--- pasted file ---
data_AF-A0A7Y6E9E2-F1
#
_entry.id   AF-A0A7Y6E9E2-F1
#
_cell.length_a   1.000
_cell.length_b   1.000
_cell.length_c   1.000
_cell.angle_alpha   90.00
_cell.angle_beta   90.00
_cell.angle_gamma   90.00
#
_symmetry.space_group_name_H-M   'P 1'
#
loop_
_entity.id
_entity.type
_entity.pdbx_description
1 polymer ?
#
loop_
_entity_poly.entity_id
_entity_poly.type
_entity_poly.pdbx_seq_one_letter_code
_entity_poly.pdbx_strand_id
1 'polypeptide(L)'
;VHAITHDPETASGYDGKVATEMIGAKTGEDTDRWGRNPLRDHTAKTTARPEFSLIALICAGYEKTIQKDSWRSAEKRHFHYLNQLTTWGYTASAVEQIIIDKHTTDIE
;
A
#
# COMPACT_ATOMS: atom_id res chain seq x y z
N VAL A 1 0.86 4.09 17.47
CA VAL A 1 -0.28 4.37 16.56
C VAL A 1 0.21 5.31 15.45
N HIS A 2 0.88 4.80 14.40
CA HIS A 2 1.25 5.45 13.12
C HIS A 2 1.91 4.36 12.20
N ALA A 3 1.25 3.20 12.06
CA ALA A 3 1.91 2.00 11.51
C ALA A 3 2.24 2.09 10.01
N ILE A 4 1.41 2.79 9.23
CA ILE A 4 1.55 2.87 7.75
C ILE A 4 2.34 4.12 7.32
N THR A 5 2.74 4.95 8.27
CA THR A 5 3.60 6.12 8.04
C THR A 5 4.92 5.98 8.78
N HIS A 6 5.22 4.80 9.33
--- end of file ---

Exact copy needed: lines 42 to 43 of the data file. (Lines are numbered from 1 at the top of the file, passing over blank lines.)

C ILE A 4 2.34 4.12 7.32
N THR A 5 2.74 4.95 8.27